What's going on here is battle lines being drawn for 700MHz which is coming and far more important.

The non-BT networks are all concerned that BT will claim it needs 700MHz for the Emergency Services Network and so lay claim to it.

Simon

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HP Ink COO: Sorry not sorry we bricked your otherwise totally fine printer cartridges

Simon Rockman

If you want a real con, have a look at Franking machine cartridges. £120 for about 20ml.

If you think of the old joke "how do you double the value of a Skoda? Fill up the petrol tank".

To fill up the 90l petrol tank of a £260k Lamborghini Aventador with that ink would cost £540,000. It would triple the "value" of the car.

Chanel No. 5 is substantially cheaper than printer ink.

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Oi, Apple fanbois. Your beloved Jesus Phones are pisspoor for disabled users

Simon Rockman

Thank the AARP

Mobile phone manufacturers, in the main, are very poor at all kinds of features to help those who struggle with technology. What we do have usually comes from the FCC mandating features and that only happens because the US senior citizens group AARP, has lobbied for them.

ARRP is like a cross between Saga and Age UK, it used to stand for the American Association of Retired Professionals until the organisation realized (sic) that most of its members were no retired.

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Hackers hijack Tesla Model S from afar, while the cars are moving

Simon Rockman

What's worrying is that it's a Tesla

When it comes to understanding this kind of thing Tesla are way ahead of most car manufacturers.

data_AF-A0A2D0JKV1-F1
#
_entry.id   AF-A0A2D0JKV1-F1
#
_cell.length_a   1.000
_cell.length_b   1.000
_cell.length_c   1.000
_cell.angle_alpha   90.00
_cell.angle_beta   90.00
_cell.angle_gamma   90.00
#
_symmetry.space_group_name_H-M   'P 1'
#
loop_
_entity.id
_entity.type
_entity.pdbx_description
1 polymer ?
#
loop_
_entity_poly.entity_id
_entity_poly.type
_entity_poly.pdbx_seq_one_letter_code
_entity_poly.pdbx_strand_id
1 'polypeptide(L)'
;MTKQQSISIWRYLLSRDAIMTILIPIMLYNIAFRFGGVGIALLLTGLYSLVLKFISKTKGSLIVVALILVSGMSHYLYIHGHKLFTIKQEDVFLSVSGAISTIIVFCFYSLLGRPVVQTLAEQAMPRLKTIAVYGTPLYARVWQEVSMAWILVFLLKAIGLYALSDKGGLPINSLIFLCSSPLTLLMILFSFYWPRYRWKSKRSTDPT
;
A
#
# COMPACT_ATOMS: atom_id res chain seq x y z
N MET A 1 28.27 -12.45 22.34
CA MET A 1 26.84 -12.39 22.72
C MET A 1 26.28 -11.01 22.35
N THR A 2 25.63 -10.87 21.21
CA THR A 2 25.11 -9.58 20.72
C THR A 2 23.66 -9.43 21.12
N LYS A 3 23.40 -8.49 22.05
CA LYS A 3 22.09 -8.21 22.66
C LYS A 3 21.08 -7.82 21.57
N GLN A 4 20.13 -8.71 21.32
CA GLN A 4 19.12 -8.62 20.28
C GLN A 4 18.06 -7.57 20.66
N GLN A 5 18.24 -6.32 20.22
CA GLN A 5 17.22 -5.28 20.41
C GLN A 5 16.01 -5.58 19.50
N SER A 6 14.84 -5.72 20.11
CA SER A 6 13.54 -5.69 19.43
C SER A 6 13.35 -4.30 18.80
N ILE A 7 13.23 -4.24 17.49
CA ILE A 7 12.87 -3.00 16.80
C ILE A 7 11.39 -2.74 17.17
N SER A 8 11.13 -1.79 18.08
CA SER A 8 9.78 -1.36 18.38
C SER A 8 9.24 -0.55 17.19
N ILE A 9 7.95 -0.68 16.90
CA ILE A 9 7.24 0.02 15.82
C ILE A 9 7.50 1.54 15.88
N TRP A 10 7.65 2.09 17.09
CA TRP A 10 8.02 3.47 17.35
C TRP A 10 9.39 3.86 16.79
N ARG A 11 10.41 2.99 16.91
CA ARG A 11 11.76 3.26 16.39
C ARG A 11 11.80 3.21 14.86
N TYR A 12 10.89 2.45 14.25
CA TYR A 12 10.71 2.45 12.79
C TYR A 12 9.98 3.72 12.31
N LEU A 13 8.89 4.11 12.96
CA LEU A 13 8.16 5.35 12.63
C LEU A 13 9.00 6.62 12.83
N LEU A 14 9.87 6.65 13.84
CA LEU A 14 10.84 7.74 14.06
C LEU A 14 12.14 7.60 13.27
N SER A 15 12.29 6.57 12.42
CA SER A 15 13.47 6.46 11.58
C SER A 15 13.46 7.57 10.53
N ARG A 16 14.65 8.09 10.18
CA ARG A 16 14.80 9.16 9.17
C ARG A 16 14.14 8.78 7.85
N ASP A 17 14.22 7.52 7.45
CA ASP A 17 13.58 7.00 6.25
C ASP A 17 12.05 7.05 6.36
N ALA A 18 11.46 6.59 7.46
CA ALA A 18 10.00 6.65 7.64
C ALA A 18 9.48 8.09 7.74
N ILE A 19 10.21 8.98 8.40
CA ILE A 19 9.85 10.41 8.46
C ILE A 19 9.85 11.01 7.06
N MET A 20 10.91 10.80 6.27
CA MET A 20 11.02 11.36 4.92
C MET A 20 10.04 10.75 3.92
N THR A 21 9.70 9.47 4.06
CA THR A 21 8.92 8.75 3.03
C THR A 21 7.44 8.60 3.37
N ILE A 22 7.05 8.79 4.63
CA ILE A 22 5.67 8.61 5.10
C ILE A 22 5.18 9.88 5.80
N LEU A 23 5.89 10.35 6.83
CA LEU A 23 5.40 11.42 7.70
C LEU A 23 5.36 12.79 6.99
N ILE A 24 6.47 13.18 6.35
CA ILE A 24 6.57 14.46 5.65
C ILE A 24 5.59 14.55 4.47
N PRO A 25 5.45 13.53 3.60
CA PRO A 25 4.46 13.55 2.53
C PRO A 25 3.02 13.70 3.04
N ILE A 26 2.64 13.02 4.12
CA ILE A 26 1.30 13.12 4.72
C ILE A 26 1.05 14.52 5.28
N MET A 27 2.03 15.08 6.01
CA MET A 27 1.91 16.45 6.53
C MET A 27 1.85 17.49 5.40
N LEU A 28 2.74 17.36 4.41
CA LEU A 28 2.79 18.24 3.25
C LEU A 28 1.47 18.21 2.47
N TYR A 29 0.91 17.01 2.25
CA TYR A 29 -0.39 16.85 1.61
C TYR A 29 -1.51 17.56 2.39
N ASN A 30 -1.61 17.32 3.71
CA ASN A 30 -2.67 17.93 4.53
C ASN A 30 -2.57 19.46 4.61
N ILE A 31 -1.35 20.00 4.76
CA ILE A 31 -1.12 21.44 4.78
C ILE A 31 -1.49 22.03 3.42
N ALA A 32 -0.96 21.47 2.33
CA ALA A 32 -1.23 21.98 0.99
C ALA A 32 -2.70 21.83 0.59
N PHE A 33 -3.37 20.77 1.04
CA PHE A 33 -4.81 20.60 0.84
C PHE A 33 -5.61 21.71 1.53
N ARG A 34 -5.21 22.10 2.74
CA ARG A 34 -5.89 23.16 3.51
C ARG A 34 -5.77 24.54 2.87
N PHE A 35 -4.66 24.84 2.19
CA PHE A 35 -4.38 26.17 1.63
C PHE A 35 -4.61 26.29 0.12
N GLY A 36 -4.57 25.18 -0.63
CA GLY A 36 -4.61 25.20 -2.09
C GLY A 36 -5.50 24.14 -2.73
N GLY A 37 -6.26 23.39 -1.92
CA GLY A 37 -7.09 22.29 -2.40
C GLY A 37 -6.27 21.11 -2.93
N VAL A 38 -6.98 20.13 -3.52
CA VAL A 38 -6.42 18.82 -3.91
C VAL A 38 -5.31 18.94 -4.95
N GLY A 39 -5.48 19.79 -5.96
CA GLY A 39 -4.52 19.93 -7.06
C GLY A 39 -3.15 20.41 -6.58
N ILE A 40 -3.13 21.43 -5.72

And all cars are going online. It's far cheaper than a recall for fixes and opens up the ability of the car companies to sell content. They can't afford to keep cars offline.

Simon

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'Inherent risk' to untried and untested 4G emergency services network – NAO

Simon Rockman

Re: Towers

There is a lot wrong with the ESN plans but the need for towers is not one of them. Both TETRA and LTE Release 13 have device to device capability. What Release 13 doesn't do is support group calls through a relay. Lots of details here: http://www.theregister.co.uk/2015/01/08/airwave_tetra_switch_off_gov_services_onmishambles/

That article was 18 months ago and the National Audit Office has only just woken up.

Simon.

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Vodafone bins line rental charges as it moves onto TalkTalk's turf

Simon Rockman

Not the first though..

For people living on the Isle of Wight, there has been a proper, fast fibre service withough having line rental for a while:

http://www.wightfibre.com/ie-no-line-rental/

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Ofcom: Legal separation will force Openreach to eat more fibre

Simon Rockman